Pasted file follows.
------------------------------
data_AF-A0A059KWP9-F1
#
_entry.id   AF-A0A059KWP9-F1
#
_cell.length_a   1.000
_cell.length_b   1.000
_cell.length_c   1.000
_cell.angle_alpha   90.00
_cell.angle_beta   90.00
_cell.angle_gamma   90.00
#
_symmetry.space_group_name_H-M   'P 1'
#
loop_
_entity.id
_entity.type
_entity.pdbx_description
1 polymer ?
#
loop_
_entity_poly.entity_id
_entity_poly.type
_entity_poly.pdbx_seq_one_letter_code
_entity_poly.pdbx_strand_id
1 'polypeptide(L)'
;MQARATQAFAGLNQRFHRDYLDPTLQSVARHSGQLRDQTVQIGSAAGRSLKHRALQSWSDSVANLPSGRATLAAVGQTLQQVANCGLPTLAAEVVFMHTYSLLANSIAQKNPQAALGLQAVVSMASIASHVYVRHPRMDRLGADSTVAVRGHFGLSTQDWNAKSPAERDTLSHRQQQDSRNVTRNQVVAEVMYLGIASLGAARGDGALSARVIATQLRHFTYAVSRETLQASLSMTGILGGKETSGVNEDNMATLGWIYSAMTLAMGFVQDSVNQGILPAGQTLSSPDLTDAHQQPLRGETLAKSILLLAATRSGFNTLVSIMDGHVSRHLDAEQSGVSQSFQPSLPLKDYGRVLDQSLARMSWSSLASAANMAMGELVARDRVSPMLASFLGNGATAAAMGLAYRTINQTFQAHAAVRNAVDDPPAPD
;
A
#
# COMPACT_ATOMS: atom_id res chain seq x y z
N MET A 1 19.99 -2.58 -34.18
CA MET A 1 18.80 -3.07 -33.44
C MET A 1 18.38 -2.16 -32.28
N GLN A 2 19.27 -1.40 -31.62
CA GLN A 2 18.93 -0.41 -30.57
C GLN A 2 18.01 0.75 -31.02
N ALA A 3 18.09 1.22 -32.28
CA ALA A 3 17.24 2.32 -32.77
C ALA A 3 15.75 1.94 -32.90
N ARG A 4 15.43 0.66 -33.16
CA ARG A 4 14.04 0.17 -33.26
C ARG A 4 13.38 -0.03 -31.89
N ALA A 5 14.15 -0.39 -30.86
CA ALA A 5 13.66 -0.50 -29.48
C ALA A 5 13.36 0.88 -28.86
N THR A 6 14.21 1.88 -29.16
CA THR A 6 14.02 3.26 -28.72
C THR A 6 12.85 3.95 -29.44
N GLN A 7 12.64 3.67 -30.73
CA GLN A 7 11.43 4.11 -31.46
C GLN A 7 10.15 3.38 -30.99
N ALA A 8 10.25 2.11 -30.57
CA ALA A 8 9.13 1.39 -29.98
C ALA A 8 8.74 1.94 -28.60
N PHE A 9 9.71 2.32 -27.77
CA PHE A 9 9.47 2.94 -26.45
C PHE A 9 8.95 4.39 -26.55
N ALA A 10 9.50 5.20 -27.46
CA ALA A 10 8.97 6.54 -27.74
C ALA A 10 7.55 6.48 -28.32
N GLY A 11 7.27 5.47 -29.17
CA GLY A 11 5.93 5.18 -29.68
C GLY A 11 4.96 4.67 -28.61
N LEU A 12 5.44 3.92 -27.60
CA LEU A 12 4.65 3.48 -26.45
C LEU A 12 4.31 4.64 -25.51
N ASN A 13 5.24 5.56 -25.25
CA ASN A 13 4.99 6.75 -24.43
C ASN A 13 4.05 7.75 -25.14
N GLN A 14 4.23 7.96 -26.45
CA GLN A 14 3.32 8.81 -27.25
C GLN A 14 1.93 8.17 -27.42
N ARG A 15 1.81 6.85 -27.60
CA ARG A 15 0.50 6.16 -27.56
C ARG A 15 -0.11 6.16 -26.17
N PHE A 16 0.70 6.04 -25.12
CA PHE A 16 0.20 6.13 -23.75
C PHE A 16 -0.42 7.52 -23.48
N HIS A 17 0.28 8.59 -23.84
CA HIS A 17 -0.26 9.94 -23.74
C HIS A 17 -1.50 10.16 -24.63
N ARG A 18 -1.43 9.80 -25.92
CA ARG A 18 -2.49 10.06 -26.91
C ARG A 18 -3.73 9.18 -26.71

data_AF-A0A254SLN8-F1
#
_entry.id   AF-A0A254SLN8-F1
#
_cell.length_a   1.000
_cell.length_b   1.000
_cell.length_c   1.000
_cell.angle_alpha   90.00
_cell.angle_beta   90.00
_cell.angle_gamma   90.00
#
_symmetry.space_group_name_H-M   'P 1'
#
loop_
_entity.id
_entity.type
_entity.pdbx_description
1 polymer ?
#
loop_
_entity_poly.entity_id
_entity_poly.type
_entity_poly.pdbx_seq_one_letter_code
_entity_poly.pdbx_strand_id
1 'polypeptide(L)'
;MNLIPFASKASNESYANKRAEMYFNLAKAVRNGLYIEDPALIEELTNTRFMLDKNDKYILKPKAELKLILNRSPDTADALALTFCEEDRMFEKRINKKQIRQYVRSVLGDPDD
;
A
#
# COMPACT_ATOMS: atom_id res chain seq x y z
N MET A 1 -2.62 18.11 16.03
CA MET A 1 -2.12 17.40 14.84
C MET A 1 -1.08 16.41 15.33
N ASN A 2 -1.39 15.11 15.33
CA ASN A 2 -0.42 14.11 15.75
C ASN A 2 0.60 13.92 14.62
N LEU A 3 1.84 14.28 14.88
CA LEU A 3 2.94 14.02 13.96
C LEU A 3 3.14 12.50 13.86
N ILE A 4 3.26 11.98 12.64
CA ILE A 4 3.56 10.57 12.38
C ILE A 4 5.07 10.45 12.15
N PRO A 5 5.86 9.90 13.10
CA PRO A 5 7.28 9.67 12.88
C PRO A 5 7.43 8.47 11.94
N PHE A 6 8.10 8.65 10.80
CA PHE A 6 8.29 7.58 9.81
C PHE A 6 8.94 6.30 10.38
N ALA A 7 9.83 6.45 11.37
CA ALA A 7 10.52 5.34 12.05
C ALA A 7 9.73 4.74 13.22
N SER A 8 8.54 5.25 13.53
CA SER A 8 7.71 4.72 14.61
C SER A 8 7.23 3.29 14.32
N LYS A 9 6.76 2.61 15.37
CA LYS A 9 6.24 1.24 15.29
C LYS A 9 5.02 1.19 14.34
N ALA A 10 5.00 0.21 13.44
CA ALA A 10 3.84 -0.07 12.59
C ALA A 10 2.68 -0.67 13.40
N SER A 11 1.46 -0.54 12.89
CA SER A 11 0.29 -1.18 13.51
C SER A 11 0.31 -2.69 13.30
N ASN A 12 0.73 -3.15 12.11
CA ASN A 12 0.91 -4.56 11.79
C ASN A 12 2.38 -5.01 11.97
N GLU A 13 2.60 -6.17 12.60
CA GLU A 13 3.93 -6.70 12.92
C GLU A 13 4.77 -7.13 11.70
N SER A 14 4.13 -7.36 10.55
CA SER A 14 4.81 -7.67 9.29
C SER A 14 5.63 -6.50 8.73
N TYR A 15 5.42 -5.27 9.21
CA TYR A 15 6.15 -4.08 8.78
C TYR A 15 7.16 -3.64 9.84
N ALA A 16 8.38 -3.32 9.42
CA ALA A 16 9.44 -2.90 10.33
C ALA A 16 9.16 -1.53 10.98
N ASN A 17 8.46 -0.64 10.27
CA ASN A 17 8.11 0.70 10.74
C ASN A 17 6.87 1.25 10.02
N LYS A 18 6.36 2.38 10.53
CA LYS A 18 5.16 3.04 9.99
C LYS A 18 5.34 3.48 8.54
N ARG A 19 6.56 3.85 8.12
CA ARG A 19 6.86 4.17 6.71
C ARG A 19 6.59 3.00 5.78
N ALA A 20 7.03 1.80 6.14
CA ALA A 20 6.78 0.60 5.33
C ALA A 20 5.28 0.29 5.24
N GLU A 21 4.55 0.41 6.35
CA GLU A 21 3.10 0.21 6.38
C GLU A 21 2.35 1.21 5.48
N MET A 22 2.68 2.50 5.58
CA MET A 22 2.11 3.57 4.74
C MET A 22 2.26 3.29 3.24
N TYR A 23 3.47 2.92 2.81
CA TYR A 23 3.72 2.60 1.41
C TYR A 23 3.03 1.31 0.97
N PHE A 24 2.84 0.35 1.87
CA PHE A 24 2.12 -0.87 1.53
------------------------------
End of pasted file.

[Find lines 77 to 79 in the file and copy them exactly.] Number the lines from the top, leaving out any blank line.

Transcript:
CA PHE A 16 0.20 6.13 -23.75
C PHE A 16 -0.42 7.52 -23.48
N HIS A 17 0.28 8.59 -23.84